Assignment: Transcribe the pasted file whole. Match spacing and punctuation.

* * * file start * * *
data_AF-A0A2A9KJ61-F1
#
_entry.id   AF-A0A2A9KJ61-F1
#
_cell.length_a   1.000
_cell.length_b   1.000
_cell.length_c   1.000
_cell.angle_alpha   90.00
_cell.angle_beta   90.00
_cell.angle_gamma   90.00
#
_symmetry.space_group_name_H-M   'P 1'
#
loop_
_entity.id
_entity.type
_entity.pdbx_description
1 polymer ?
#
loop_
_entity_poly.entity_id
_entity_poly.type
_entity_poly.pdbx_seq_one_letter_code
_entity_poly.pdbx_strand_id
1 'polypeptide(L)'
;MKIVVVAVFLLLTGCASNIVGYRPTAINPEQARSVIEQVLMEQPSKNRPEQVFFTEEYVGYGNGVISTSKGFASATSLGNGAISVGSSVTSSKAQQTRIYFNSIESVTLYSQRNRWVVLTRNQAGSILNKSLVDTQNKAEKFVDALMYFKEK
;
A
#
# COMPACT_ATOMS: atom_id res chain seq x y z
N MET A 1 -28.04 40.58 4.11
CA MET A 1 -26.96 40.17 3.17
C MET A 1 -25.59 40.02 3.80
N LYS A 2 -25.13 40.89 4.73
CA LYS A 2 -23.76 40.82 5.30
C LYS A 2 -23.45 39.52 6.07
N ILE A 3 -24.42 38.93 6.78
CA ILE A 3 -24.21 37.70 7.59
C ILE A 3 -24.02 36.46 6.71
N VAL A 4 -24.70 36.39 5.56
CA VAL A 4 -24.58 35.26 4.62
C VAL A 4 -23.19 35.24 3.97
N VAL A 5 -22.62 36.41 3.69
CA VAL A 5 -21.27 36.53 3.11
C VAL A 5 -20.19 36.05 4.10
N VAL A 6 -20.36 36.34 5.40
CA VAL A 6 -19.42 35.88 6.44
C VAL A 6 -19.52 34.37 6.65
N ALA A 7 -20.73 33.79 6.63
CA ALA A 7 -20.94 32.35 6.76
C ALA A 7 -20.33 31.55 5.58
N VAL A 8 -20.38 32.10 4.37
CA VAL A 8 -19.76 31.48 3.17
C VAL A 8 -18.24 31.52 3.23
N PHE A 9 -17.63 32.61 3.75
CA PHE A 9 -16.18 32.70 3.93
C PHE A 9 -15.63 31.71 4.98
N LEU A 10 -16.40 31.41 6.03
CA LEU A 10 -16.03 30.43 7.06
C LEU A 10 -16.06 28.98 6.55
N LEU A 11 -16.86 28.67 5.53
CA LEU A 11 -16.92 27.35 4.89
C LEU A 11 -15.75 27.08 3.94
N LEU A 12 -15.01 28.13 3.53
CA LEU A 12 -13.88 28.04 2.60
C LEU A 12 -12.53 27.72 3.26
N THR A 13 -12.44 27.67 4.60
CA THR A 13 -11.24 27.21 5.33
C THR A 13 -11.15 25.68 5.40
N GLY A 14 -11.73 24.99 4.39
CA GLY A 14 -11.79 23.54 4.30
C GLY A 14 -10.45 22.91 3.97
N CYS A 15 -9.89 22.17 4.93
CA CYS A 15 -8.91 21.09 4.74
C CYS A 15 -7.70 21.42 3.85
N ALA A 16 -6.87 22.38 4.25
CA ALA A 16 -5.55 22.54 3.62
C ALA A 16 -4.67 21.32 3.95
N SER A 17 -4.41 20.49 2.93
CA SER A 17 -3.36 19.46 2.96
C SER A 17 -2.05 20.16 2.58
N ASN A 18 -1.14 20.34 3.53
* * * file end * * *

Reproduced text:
data_AF-A0A2A9KJ61-F1
#
_entry.id   AF-A0A2A9KJ61-F1
#
_cell.length_a   1.000
_cell.length_b   1.000
_cell.length_c   1.000
_cell.angle_alpha   90.00
_cell.angle_beta   90.00
_cell.angle_gamma   90.00
#
_symmetry.space_group_name_H-M   'P 1'
#
loop_
_entity.id
_entity.type
_entity.pdbx_description
1 polymer ?
#
loop_
_entity_poly.entity_id
_entity_poly.type
_entity_poly.pdbx_seq_one_letter_code
_entity_poly.pdbx_strand_id
1 'polypeptide(L)'
;MKIVVVAVFLLLTGCASNIVGYRPTAINPEQARSVIEQVLMEQPSKNRPEQVFFTEEYVGYGNGVISTSKGFASATSLGNGAISVGSSVTSSKAQQTRIYFNSIESVTLYSQRNRWVVLTRNQAGSILNKSLVDTQNKAEKFVDALMYFKEK
;
A
#
# COMPACT_ATOMS: atom_id res chain seq x y z
N MET A 1 -28.04 40.58 4.11
CA MET A 1 -26.96 40.17 3.17
C MET A 1 -25.59 40.02 3.80
N LYS A 2 -25.13 40.89 4.73
CA LYS A 2 -23.76 40.82 5.30
C LYS A 2 -23.45 39.52 6.07
N ILE A 3 -24.42 38.93 6.78
CA ILE A 3 -24.21 37.70 7.59
C ILE A 3 -24.02 36.46 6.71
N VAL A 4 -24.70 36.39 5.56
CA VAL A 4 -24.58 35.26 4.62
C VAL A 4 -23.19 35.24 3.97
N VAL A 5 -22.62 36.41 3.69
CA VAL A 5 -21.27 36.53 3.11
C VAL A 5 -20.19 36.05 4.10
N VAL A 6 -20.36 36.34 5.40
CA VAL A 6 -19.42 35.88 6.44
C VAL A 6 -19.52 34.37 6.65
N ALA A 7 -20.73 33.79 6.63
CA ALA A 7 -20.94 32.35 6.76
C ALA A 7 -20.33 31.55 5.58
N VAL A 8 -20.38 32.10 4.37
CA VAL A 8 -19.76 31.48 3.17
C VAL A 8 -18.24 31.52 3.23
N PHE A 9 -17.63 32.61 3.75
CA PHE A 9 -16.18 32.70 3.93
C PHE A 9 -15.63 31.71 4.98
N LEU A 10 -16.40 31.41 6.03
CA LEU A 10 -16.03 30.43 7.06
C LEU A 10 -16.06 28.98 6.55
N LEU A 11 -16.86 28.67 5.53
CA LEU A 11 -16.92 27.35 4.89
C LEU A 11 -15.75 27.08 3.94
N LEU A 12 -15.01 28.13 3.53
CA LEU A 12 -13.88 28.04 2.60
C LEU A 12 -12.53 27.72 3.26
N THR A 13 -12.44 27.67 4.60
CA THR A 13 -11.24 27.21 5.33
C THR A 13 -11.15 25.68 5.40
N GLY A 14 -11.73 24.99 4.39
CA GLY A 14 -11.79 23.54 4.30
C GLY A 14 -10.45 22.91 3.97
N CYS A 15 -9.89 22.17 4.93
CA CYS A 15 -8.91 21.09 4.74
C CYS A 15 -7.70 21.42 3.85
N ALA A 16 -6.87 22.38 4.25
CA ALA A 16 -5.55 22.54 3.62
C ALA A 16 -4.67 21.32 3.95
N SER A 17 -4.41 20.49 2.93
CA SER A 17 -3.36 19.46 2.96
C SER A 17 -2.05 20.16 2.58
N ASN A 18 -1.14 20.34 3.53